The spider in the left-hand picture is a female nursery web spider (Pisaurina mira). The other spider also looks like a nursery web spider (genus Pisaurina), but I'm not 100% sure if it's the same species as the first spider. (There are six variations of P. mira.) Both spiders appear to be either gravid (pregnant) or very well fed.
Nursery web spiders are active hunters that do not rely on webs to ensnare prey. (They're called "nursery web spiders," because they build a nursery web for their young.) No species of nursery web spider is recognized as being dangerous to humans or pets, in case you were concerned. See this site's species guide for more information.
For future reference, it is best to start a separate thread for each individual spider, even if it's the same species as another of your spiders. It makes it easier for the administrators to organize the threads after the spiders have been identified.
Great! Thanks for the info!
I'm currently in the middle of building an in-ground pool in my backyard. There is about 5 inches of rain water in the bottom of the deep end of the gunite shell, where various critters have all decided to congregate.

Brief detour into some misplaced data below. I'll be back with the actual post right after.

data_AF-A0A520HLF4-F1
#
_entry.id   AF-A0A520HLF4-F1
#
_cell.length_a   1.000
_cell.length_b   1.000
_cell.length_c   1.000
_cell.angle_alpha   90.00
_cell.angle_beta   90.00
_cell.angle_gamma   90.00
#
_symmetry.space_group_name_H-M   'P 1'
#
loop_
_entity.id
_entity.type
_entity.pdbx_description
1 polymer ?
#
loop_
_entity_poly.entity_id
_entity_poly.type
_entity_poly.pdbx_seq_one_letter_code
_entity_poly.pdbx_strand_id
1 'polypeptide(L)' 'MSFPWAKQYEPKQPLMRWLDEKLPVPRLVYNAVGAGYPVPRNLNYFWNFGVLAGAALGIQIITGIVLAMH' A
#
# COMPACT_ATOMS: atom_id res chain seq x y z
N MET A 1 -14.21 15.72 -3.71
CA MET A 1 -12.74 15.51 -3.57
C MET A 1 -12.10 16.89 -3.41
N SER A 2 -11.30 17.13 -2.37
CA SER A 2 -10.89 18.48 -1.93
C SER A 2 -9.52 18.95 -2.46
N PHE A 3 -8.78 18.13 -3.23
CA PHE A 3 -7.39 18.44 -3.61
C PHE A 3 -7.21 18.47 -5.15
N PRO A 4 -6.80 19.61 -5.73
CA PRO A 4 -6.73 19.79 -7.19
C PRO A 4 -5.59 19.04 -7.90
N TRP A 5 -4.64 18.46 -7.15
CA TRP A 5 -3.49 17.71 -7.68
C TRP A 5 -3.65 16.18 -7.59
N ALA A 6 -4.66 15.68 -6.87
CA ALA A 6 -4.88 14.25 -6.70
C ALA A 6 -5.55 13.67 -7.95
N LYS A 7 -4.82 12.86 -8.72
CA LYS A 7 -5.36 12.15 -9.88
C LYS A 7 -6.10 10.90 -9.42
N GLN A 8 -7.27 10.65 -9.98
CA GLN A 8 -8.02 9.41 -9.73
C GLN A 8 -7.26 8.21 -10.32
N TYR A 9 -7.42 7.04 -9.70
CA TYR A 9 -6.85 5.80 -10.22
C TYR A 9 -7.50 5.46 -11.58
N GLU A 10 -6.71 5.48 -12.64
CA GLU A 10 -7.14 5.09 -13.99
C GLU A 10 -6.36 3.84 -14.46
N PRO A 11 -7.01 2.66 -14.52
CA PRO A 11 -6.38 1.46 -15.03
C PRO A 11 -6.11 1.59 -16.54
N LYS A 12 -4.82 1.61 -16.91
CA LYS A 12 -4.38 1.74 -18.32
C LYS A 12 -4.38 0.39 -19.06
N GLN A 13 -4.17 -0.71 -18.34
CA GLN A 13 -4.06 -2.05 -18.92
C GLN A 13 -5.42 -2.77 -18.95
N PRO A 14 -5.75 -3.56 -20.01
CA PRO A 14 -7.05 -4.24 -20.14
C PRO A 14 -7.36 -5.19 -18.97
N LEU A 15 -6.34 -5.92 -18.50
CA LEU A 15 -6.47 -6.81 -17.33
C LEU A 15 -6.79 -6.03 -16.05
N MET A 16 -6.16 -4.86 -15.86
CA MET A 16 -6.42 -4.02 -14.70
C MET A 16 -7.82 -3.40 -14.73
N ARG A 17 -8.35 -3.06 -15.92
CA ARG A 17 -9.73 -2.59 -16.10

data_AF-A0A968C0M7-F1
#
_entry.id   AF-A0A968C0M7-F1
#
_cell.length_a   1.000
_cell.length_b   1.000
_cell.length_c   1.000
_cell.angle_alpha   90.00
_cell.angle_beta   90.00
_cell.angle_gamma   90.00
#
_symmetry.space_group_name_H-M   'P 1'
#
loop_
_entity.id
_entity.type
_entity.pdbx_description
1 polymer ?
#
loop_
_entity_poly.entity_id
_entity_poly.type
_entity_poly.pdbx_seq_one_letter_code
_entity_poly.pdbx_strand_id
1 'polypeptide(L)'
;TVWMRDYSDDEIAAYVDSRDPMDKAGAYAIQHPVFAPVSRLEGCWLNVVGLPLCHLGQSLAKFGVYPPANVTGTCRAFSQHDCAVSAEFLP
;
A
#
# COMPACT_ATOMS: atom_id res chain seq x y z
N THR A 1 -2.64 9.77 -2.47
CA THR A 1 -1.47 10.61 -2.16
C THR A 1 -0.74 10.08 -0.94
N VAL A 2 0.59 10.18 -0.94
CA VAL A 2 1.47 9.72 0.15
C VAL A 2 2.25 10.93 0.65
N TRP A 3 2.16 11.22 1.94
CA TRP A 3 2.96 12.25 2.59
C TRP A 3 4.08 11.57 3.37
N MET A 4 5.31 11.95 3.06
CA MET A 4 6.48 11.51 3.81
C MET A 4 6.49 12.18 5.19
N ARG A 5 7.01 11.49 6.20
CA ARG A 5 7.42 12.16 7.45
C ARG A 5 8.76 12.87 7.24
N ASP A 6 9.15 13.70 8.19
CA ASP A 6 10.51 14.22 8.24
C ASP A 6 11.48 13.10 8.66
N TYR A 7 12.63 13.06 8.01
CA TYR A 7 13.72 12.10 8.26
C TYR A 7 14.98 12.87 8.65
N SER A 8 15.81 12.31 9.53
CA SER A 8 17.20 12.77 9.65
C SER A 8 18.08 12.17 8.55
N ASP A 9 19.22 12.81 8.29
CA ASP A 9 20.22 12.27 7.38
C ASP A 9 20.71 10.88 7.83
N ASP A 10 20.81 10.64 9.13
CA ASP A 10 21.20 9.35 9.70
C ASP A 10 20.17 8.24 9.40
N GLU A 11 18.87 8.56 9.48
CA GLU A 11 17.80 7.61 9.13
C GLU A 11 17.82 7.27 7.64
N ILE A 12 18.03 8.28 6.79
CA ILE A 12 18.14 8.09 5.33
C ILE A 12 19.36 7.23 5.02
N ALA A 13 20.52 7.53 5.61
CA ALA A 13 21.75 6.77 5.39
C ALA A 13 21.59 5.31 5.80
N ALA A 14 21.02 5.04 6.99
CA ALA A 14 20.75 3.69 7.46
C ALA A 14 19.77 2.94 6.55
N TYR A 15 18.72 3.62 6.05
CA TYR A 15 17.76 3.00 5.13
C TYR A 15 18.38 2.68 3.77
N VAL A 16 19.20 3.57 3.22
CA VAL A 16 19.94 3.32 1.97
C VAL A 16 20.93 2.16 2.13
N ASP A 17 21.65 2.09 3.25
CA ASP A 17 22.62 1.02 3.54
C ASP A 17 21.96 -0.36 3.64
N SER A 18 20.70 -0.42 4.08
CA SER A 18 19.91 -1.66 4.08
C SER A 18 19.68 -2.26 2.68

I found one of these nursery web spiders resting on the very edge of the water, hanging onto the gunite surface, on the far side of the pool from me. I made a couple of ripples in the water, and apparently woke him up. He came ripping across the top of the water at a ridiculously high rate of speed. When he was about 2 feet from me, he turned around and ran right back where he came from. I guess I wasn't what he thought I was.
Anyway, I see these "big" guys from time to time in southern NH, and they really exhibit a fleeing behavior when they realize they've been seen by people, but they really aren't fun to find inside the house since they are really fast.